Even in the days we were living with segregation...

Government and God's People

An Interview with Wayne Grudem

Wayne Grudem is the research professor of theology and biblical studies at Phoenix Seminary in Arizona. He previously taught at Trinity Evangelical Divinity School for 20 years. He has served as the President of the Council on Biblical Manhood and Womanhood, as President of the Evangelical Theological Society (1999), and as a member of the translation oversight committee for the English Standard Version of the Bible. He also served as the general editor for the ESV Study Bible (Crossway Bibles, 2008). Grudem's latest book is Politics According to the Bible (Zondervan, 2010). He recently spoke with Religion & Liberty's managing editor Ray...

Editor’s Note

The Spring 2011 issue of Religion & Liberty leads off with an interview with Wayne Grudem, author of the new book Politics According to the Bible. The author is a giant in the evangelical world. He helps all of us to think Biblically and while the book offers a political worldview, ultimately it helps us to focus on the Word made Man. That is exactly what Grudem intends. Politics According to the Bible is a superb resource for believers to think about man's relationship to the state and his Creator. It is also a handy resource for a Christian writer to have on his or her bookshelf. Grudem is the author of another book that many of us at Acton have been edified by since it was first published in 2003,...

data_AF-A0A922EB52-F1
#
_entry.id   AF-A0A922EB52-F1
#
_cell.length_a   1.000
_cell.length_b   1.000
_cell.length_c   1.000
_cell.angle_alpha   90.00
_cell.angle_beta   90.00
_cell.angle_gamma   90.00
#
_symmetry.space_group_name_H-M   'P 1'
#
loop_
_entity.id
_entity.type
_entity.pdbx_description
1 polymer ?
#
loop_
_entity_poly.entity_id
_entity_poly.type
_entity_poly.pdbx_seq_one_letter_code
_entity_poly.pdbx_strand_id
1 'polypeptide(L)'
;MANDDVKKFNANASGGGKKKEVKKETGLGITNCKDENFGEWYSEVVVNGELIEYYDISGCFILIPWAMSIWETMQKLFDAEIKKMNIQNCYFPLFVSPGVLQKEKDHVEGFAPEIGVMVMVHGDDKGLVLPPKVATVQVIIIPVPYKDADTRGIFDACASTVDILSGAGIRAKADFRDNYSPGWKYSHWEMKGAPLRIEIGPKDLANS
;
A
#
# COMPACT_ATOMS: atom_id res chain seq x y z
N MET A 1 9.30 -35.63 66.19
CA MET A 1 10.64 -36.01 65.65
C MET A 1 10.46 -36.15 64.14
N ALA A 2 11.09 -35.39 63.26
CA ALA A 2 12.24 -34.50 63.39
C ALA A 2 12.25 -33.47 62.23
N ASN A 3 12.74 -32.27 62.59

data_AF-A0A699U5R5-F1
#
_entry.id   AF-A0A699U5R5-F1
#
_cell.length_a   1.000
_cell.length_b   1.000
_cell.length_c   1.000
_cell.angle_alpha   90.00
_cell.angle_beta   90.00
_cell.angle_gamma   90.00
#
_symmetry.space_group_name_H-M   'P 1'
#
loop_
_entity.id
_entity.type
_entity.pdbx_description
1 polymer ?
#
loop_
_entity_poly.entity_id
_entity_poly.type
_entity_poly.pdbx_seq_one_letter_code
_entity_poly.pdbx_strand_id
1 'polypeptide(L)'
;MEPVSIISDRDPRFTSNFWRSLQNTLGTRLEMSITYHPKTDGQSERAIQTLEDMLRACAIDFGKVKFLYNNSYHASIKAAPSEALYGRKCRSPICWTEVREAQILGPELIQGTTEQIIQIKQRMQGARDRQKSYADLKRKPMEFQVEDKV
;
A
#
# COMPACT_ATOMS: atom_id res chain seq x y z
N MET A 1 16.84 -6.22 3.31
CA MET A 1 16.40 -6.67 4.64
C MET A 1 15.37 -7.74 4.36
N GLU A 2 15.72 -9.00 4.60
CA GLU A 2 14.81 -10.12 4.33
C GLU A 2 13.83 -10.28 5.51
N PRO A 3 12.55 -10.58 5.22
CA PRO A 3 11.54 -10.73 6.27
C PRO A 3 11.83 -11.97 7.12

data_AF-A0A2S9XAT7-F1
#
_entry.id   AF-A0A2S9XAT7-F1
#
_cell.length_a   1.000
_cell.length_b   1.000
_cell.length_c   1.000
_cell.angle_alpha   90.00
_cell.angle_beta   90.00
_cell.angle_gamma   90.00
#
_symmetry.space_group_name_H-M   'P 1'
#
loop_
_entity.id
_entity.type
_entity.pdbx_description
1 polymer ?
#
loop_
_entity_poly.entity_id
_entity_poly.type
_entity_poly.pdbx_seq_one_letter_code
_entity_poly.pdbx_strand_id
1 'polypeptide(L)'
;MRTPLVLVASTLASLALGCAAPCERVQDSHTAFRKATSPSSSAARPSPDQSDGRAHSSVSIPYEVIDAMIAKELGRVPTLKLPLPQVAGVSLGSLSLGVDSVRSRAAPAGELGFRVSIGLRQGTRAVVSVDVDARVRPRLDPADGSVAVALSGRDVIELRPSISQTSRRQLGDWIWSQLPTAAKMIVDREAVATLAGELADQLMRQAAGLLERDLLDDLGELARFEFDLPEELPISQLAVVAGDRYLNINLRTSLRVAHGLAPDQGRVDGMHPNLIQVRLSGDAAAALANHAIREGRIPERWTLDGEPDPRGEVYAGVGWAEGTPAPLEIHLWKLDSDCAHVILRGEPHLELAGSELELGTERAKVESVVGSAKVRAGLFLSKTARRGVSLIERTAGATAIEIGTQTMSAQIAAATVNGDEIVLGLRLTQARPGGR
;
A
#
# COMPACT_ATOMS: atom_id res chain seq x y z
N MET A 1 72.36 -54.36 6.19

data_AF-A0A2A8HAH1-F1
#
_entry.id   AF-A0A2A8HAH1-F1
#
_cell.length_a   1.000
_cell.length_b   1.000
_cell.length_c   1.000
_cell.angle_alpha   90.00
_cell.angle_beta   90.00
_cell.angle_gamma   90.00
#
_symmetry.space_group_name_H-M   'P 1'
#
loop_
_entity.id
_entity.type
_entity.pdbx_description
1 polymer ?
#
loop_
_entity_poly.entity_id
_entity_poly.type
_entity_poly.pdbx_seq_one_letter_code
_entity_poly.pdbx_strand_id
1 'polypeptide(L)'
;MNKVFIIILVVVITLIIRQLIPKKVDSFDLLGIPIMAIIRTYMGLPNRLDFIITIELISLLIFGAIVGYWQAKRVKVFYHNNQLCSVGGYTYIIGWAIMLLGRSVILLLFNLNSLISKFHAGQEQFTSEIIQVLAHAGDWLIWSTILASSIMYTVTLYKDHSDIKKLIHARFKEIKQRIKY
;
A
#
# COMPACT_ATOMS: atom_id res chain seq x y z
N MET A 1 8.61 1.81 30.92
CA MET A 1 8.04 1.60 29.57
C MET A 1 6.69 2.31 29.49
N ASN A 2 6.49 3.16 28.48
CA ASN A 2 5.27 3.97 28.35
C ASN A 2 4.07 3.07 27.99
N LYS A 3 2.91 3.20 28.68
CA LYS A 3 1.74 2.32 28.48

'Social Justice' is a Complex Concept

A column by Anthony M. Stevens- Arroyo, a Catholic writer for The Washington Post, makes the claim that "Catholic social justice demands a redistribution of wealth." He went on to say that "there can be no disagreement" that unions, the government and private charities should all have a role in fighting a trend that has "concentrated" money into the hands of the few. In this conjecture, Stevens-Arroyo confused the ends with potential means.

What Stevens-Arroyo is promoting is an attenuated and truncated vision of "social justice" that has fostered a great deal of injustice throughout the world. This path, he should know, has been decisively repudiated by the...